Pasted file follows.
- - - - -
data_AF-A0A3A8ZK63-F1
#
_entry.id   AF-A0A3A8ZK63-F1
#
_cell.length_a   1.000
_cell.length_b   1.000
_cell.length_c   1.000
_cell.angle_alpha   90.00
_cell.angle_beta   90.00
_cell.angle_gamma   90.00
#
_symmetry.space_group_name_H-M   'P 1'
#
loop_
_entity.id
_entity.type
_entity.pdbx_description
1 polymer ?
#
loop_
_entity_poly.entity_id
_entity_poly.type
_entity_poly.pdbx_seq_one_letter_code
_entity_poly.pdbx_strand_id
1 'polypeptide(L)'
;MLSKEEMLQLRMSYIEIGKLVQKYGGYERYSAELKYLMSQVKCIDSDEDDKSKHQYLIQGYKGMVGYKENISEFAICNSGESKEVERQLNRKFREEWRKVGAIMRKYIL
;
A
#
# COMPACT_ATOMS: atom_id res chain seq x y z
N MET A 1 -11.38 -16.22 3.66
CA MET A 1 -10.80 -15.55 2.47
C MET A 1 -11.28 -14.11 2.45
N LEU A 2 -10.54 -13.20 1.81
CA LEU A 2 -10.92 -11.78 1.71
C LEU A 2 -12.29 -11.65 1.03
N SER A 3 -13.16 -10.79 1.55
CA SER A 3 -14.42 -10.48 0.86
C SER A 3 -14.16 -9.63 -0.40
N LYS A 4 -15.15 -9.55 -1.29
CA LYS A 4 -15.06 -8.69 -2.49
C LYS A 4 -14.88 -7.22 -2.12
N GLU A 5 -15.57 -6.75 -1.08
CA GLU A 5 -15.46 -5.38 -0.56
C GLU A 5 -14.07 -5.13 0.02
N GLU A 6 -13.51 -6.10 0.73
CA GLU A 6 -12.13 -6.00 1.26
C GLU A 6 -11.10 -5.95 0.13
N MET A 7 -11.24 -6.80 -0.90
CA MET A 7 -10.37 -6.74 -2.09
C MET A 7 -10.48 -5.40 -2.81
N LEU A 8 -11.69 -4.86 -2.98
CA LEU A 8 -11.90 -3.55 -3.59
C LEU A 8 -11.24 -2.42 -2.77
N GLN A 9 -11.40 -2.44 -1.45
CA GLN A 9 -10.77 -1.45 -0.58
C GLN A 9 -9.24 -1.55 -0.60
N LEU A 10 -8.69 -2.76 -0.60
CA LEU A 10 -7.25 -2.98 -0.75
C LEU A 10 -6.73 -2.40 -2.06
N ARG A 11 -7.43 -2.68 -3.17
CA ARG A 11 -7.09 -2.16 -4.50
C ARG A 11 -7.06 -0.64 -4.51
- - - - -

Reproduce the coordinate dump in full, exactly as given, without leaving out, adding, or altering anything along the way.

data_AF-A0A3A8ZK63-F1
#
_entry.id   AF-A0A3A8ZK63-F1
#
_cell.length_a   1.000
_cell.length_b   1.000
_cell.length_c   1.000
_cell.angle_alpha   90.00
_cell.angle_beta   90.00
_cell.angle_gamma   90.00
#
_symmetry.space_group_name_H-M   'P 1'
#
loop_
_entity.id
_entity.type
_entity.pdbx_description
1 polymer ?
#
loop_
_entity_poly.entity_id
_entity_poly.type
_entity_poly.pdbx_seq_one_letter_code
_entity_poly.pdbx_strand_id
1 'polypeptide(L)'
;MLSKEEMLQLRMSYIEIGKLVQKYGGYERYSAELKYLMSQVKCIDSDEDDKSKHQYLIQGYKGMVGYKENISEFAICNSGESKEVERQLNRKFREEWRKVGAIMRKYIL
;
A
#
# COMPACT_ATOMS: atom_id res chain seq x y z
N MET A 1 -11.38 -16.22 3.66
CA MET A 1 -10.80 -15.55 2.47
C MET A 1 -11.28 -14.11 2.45
N LEU A 2 -10.54 -13.20 1.81
CA LEU A 2 -10.92 -11.78 1.71
C LEU A 2 -12.29 -11.65 1.03
N SER A 3 -13.16 -10.79 1.55
CA SER A 3 -14.42 -10.48 0.86
C SER A 3 -14.16 -9.63 -0.40
N LYS A 4 -15.15 -9.55 -1.29
CA LYS A 4 -15.06 -8.69 -2.49
C LYS A 4 -14.88 -7.22 -2.12
N GLU A 5 -15.57 -6.75 -1.08
CA GLU A 5 -15.46 -5.38 -0.56
C GLU A 5 -14.07 -5.13 0.02
N GLU A 6 -13.51 -6.10 0.73
CA GLU A 6 -12.13 -6.00 1.26
C GLU A 6 -11.10 -5.95 0.13
N MET A 7 -11.24 -6.80 -0.90
CA MET A 7 -10.37 -6.74 -2.09
C MET A 7 -10.48 -5.40 -2.81
N LEU A 8 -11.69 -4.86 -2.98
CA LEU A 8 -11.90 -3.55 -3.59
C LEU A 8 -11.24 -2.42 -2.77
N GLN A 9 -11.40 -2.44 -1.45
CA GLN A 9 -10.77 -1.45 -0.58
C GLN A 9 -9.24 -1.55 -0.60
N LEU A 10 -8.69 -2.76 -0.60
CA LEU A 10 -7.25 -2.98 -0.75
C LEU A 10 -6.73 -2.40 -2.06
N ARG A 11 -7.43 -2.68 -3.17
CA ARG A 11 -7.09 -2.16 -4.50
C ARG A 11 -7.06 -0.64 -4.51